This problem dates from at least 1774; this version appeared in the American Mathematical Monthly of December 1902:
Three Dutchmen and their wives went to market to buy hogs. The names of the men were Hans, Klaus, and Hendricks, and of the women, Gertrude, Anna, and Katrine; but it was not known which was the wife of each man. They each bought as many hogs as each man or woman paid shillings for each hog, and each man spent three guineas more than his wife. Hendricks bought 23 hogs more than Gertrude, and Klaus bought 11 more than Katrine. What was the name of each man’s wife?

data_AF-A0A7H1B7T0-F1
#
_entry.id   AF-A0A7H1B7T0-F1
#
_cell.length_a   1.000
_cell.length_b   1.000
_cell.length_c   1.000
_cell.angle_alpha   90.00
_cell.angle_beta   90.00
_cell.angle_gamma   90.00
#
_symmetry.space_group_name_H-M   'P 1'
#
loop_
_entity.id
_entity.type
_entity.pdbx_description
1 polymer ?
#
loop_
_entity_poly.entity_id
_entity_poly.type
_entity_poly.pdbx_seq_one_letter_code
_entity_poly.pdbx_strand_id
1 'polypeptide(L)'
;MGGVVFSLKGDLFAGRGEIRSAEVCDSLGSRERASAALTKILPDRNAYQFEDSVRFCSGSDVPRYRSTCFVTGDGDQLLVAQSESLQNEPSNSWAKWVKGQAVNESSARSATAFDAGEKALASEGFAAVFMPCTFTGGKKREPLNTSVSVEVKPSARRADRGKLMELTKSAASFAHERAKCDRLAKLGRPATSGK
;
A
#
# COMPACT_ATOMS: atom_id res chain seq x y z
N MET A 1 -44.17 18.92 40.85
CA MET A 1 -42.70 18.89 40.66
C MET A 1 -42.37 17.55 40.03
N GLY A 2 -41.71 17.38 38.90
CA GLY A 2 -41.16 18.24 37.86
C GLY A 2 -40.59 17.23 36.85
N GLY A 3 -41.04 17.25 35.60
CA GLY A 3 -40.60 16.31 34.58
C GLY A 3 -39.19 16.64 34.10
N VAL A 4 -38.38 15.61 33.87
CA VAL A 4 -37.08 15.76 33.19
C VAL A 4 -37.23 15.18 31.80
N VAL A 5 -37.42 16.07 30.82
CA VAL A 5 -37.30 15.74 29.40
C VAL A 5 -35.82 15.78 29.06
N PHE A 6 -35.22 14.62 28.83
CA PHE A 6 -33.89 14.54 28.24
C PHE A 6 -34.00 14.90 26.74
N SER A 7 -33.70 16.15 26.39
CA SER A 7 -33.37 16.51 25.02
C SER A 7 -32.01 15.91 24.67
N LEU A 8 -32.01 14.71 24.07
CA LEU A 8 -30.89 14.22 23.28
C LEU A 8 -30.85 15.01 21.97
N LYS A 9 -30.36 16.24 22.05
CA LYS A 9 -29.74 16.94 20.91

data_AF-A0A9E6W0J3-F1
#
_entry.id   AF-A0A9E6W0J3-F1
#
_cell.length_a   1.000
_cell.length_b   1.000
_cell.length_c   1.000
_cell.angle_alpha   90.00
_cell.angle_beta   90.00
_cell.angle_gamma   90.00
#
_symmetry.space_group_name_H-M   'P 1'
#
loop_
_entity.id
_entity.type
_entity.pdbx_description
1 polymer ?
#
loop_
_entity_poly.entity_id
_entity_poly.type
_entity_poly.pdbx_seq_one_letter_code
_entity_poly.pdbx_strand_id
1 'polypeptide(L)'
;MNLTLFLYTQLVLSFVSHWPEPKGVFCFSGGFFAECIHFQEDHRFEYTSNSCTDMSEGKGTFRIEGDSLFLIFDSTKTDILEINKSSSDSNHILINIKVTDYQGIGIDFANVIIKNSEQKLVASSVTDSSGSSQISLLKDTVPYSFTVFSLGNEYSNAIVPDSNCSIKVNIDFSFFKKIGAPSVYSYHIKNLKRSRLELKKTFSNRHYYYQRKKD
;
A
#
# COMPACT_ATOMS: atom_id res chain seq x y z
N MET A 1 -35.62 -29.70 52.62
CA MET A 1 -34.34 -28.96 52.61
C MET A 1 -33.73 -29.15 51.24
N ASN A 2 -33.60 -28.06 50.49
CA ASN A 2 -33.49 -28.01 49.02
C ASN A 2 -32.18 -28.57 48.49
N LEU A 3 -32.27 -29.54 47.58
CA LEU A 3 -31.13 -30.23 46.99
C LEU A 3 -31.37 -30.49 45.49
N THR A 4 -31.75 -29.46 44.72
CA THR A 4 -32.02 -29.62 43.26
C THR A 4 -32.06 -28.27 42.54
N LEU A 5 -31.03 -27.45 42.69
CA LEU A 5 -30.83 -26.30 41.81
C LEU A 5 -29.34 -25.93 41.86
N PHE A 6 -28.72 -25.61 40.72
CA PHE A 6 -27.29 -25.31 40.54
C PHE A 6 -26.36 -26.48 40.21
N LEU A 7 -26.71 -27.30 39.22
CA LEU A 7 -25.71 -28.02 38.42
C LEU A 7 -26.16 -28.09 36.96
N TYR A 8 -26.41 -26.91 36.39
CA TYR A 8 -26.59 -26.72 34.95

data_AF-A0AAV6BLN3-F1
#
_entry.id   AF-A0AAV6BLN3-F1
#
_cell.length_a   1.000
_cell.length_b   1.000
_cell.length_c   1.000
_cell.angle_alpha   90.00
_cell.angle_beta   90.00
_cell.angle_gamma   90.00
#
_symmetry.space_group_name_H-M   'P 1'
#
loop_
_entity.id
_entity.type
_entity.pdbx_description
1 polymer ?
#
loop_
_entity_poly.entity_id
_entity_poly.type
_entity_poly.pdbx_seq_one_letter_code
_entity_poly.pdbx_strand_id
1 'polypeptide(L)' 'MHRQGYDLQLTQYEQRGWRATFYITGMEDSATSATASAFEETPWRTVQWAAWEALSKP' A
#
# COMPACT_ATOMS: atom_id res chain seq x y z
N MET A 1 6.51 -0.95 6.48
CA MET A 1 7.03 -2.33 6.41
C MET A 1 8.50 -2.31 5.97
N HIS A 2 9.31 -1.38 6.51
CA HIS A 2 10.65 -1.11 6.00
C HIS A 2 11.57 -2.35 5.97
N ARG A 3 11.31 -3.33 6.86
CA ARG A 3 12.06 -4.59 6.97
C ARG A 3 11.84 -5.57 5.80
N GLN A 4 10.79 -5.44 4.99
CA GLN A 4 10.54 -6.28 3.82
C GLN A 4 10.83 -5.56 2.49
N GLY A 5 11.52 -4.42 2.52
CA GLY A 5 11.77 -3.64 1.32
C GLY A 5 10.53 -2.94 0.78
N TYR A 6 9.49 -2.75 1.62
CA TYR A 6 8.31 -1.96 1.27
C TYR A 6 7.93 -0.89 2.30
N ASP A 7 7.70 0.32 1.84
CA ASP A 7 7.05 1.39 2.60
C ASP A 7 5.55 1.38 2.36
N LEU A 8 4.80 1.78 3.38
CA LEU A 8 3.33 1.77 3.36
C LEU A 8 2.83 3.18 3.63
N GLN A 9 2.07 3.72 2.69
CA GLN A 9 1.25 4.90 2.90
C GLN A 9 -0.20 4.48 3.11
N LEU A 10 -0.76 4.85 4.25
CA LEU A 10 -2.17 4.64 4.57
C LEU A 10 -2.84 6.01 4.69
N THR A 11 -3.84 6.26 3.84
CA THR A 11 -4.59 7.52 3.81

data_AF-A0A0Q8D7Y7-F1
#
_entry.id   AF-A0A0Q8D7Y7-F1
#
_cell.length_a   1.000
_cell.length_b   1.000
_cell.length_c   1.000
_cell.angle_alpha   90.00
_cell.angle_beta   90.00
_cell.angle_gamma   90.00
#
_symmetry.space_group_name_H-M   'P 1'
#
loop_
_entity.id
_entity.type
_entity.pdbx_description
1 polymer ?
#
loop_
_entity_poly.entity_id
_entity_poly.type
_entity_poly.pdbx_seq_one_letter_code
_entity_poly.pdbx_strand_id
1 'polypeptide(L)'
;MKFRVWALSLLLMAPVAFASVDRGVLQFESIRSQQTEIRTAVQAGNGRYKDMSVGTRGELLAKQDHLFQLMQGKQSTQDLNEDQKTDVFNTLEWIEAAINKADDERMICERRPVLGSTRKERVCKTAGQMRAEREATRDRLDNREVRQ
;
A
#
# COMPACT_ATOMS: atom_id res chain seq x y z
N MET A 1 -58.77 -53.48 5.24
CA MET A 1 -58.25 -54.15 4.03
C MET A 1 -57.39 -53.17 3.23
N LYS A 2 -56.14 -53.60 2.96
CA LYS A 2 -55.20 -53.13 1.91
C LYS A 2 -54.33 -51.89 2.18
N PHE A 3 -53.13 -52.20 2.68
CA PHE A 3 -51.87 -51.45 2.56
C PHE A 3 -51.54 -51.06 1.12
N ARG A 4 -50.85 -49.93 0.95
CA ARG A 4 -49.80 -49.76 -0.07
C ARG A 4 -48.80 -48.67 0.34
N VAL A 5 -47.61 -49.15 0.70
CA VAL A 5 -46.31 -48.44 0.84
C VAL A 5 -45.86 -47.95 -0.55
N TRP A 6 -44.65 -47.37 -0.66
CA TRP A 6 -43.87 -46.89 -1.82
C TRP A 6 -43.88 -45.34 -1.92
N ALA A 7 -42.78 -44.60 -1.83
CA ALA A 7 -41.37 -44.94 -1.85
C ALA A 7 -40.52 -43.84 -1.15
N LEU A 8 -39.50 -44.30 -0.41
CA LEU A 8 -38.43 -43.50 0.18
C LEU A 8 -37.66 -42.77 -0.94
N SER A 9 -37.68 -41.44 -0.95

(There are 21 shillings in a guinea.)